REVIEW: ADAM HILLS

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Adam Hills – Happyism at The Lowry

Beloved in Australia, and on his way to becoming the same in the UK due to his recent stint on The Last Leg, Adam Hills has carved a career for himself based on the reputation of being the nicest guy in comedy. And three seconds in to his set you instantly see why. First of all, he’s an Aussie, enough said. Secondly, he is remarkably comfortable on stage. Admitting a weakness for strong openings, he instead simply instigates a chat. This ready-made relationship with the audience leaves the show free to go anywhere; Whether it’s taking pictures with die hard fans or stealing wet wipes to clean up a stain someone had pointed out to him via Twitter. Each random act continues to affirms the image of him as supremely likeable. In the hands of another comic, this could seem like filler, a few extra minutes to get your moneys worth. But for Hills this, and everything he does, is genuine. He has a curiosity, a warmness and an appreciation for everyone in the room and arguably that is the strongest way to start a show. It helps that he’s a bit dishy too.

The show itself is about taking opportunities, being positive and, generally, not being a dick. Simple advice that perhaps more people should listen too. From an ill-fated appearance on a difficult talk show which tried to make him say mean things about Megan (Meeeegan) Fox, to a complex meeting with The Muppets, as well a brief bromance with the Dalai Lama, the show is sometimes touching, but primarily and consistently funny. There are the expected “aren’t Australians different” jokes, but even these are done with such relish that it’s impossible not to splutter awkwardly. And the image of Richard Simmons being the face of a New Zealand in-flight video will be one that takes a stringent eye bath to remove.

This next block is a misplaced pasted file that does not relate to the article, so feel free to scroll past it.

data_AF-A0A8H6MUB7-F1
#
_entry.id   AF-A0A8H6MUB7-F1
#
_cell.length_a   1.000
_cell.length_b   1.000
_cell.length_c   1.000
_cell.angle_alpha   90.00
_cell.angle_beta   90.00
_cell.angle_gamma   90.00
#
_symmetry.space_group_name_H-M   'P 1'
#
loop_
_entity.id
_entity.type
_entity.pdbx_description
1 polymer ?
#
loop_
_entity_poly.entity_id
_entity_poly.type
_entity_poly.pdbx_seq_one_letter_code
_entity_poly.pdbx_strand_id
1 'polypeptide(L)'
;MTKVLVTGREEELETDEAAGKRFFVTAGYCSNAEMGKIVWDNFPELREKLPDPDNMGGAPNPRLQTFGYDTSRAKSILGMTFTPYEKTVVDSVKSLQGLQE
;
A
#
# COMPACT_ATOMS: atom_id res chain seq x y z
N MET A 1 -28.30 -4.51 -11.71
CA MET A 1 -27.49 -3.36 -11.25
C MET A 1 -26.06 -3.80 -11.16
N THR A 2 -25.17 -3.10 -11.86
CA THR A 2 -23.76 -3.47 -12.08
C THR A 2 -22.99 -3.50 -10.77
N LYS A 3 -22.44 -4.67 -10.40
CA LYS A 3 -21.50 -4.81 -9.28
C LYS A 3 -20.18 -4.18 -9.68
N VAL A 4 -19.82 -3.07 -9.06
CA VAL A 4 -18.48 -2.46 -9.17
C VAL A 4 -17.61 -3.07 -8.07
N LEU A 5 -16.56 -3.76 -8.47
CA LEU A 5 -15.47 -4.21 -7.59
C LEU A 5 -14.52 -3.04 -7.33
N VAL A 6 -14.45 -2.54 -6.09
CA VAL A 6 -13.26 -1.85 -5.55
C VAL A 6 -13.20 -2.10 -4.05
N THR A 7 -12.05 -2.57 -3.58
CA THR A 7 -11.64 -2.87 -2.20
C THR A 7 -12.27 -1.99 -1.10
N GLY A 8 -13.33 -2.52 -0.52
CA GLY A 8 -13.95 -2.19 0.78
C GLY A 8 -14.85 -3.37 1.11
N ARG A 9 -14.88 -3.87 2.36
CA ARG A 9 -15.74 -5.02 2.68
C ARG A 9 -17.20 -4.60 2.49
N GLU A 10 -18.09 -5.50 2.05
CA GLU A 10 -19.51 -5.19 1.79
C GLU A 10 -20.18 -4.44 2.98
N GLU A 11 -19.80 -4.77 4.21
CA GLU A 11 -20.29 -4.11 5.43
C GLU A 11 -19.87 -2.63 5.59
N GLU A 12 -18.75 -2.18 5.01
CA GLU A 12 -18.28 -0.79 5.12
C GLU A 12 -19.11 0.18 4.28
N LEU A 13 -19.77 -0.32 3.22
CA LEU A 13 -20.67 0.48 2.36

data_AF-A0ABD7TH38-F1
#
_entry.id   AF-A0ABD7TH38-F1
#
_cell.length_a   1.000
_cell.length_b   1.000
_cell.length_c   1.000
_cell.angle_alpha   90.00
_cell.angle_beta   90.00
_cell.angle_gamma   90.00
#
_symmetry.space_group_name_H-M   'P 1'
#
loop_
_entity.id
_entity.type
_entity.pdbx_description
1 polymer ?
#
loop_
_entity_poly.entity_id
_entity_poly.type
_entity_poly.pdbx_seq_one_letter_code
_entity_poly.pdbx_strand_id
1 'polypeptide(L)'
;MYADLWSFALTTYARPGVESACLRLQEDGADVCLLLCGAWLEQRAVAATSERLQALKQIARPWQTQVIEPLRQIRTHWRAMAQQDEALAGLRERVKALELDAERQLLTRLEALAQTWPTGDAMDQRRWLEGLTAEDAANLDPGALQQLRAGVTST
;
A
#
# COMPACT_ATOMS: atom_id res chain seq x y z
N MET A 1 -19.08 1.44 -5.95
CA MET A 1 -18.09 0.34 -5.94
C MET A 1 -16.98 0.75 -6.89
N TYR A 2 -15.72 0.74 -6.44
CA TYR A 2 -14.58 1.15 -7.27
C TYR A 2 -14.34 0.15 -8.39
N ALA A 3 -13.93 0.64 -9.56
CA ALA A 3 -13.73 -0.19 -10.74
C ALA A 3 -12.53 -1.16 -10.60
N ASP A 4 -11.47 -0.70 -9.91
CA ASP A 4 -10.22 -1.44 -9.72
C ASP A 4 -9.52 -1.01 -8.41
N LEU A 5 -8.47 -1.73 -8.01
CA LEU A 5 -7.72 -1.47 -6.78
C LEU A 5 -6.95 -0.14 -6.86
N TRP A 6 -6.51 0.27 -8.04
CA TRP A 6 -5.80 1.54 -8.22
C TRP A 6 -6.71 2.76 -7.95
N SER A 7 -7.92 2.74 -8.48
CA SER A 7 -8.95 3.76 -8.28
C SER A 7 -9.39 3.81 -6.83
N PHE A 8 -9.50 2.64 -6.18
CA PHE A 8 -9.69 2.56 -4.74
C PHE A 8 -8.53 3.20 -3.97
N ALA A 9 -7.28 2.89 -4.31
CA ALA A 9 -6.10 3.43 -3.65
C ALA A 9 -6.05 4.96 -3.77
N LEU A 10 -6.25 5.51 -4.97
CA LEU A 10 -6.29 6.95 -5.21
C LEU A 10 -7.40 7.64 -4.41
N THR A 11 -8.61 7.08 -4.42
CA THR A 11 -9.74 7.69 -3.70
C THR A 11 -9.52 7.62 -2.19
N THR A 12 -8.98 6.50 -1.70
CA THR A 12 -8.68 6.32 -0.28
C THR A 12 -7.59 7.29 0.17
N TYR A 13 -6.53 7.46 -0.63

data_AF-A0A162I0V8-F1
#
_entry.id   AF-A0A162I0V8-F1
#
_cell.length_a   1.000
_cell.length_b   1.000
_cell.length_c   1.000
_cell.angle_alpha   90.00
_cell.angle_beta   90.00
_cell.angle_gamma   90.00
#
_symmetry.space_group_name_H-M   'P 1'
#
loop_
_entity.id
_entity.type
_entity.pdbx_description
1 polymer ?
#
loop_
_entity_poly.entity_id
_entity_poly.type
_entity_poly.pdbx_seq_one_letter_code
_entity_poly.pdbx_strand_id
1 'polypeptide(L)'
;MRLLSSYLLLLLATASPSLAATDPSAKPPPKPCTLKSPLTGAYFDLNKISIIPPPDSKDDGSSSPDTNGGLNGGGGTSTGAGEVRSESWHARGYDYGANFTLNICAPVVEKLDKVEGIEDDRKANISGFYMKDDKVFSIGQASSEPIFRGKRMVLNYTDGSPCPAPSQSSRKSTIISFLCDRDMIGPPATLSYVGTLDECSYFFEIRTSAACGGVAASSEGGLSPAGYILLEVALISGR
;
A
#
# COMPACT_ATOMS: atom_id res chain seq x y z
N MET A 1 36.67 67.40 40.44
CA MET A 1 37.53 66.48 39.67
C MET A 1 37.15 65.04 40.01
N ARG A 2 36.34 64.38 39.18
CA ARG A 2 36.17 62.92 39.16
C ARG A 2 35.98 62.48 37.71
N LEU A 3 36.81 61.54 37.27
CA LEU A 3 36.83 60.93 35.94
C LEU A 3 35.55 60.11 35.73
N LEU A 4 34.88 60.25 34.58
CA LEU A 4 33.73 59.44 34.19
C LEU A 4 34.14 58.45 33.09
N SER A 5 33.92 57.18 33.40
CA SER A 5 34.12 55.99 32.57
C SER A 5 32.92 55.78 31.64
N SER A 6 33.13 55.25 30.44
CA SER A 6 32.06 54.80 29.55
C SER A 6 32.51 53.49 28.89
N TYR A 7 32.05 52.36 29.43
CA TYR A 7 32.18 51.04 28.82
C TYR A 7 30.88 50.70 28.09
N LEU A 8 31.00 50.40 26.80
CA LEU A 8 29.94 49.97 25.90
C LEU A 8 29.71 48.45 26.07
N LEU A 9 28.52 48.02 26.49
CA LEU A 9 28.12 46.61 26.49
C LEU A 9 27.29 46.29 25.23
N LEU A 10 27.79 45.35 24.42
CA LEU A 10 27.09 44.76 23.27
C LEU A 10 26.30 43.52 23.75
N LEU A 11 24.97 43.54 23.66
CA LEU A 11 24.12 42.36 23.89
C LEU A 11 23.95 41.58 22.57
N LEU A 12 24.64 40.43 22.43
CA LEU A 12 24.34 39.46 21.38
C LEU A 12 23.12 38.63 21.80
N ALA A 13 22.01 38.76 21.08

He conjures an unshakable confidence within an audience and no matter how temping it seems Hills never relies on his personality alone. He is, however, in his element when he improvises, and it doesn’t hurt that the audience itself provides him with all the material he needs. Plucking gems from that day’s Twitter such as “is it wrong to want to see him take his foot off” along with the recommendation to sell tiny prosthetic leg key chains from now on. Genius.

It’s perhaps not the most groundbreaking or daring performance, but there are other people to fill that need. Happyism is playful and witty as well as having its own certain poignancy. Most importantly, it really makes you aware that there is a significant difference between coming out of a show laughing and coming out of a show happy, the latter of which he certainly has the monopoly over. His charm, his ease, his joy is infectious. If Happyism is his religion, then call me a convert.

 

Words by Hannah Clapham-Clark

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